World powers have a penchant for proxy wars. French involvement in the Revolutionary War, anyone? Little has changed a century and a half later. We still see this going on today in Syria, to name just one recent example. We also see this going on today in the fifth domain — cyberspace — with the rise of the Chinese firm Huawei. Although some experts argue that the Communist Party does not control it, recent Justice Department actions paint a different picture, and those who would know believe that the Party does. Regardless of that speculation, though, none argue that the company owes its fantastic success — at least in part — to the tremendous support of the Chinese government. Those ties have caused the United States’ government to array itself against Huawei, which will likely translate into direct support for its competitors.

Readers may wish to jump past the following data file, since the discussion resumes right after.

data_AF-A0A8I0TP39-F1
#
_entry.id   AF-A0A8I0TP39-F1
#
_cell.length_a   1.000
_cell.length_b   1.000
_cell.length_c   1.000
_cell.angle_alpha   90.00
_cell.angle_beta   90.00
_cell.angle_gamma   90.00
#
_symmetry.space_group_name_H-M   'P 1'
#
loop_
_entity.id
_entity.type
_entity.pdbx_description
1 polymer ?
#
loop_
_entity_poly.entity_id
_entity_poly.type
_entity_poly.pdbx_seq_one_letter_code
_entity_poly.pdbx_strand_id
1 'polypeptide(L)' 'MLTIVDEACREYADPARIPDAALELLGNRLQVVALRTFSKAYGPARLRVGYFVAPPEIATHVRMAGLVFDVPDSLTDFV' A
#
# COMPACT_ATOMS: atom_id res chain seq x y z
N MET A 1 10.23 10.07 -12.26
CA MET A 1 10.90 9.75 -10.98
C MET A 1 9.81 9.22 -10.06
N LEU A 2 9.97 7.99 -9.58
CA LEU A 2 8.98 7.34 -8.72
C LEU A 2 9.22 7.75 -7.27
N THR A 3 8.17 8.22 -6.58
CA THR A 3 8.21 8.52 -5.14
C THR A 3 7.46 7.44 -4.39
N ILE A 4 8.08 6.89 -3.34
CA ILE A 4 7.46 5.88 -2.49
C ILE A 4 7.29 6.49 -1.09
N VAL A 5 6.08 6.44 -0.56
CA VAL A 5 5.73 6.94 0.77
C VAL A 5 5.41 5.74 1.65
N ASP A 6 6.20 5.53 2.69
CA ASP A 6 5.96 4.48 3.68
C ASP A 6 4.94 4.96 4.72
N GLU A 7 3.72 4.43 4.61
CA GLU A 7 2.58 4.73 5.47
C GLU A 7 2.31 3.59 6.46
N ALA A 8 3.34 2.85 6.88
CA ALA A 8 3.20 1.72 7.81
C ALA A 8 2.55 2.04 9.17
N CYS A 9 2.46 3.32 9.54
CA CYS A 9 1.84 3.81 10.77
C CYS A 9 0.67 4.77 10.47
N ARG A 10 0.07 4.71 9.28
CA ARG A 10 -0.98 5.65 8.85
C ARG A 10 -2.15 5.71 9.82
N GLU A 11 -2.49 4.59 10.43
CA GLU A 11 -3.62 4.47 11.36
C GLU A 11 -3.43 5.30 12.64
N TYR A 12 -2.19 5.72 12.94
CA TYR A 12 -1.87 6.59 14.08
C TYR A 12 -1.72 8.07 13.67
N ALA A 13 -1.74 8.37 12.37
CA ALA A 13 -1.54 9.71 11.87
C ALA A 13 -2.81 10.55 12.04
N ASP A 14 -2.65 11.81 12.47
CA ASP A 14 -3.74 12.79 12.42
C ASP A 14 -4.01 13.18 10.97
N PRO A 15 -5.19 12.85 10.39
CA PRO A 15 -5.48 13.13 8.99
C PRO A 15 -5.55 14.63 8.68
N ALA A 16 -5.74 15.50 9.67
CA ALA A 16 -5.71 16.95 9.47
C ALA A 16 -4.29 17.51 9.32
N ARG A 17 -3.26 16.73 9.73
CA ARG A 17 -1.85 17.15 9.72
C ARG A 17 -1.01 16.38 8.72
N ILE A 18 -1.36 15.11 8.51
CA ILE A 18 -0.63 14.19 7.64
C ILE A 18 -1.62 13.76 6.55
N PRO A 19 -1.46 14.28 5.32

Here we see yet another example of a proxy war, except this time in a whole new domain. China used Huawei to assert its dominance over a technology that Keith Johnson and Elias Groll described as “the central nervous system of the 21st-century economy”; the United States will likely attempt — in a much less subtle way — to win out with a company of its own choosing. And so the proxy wars will continue.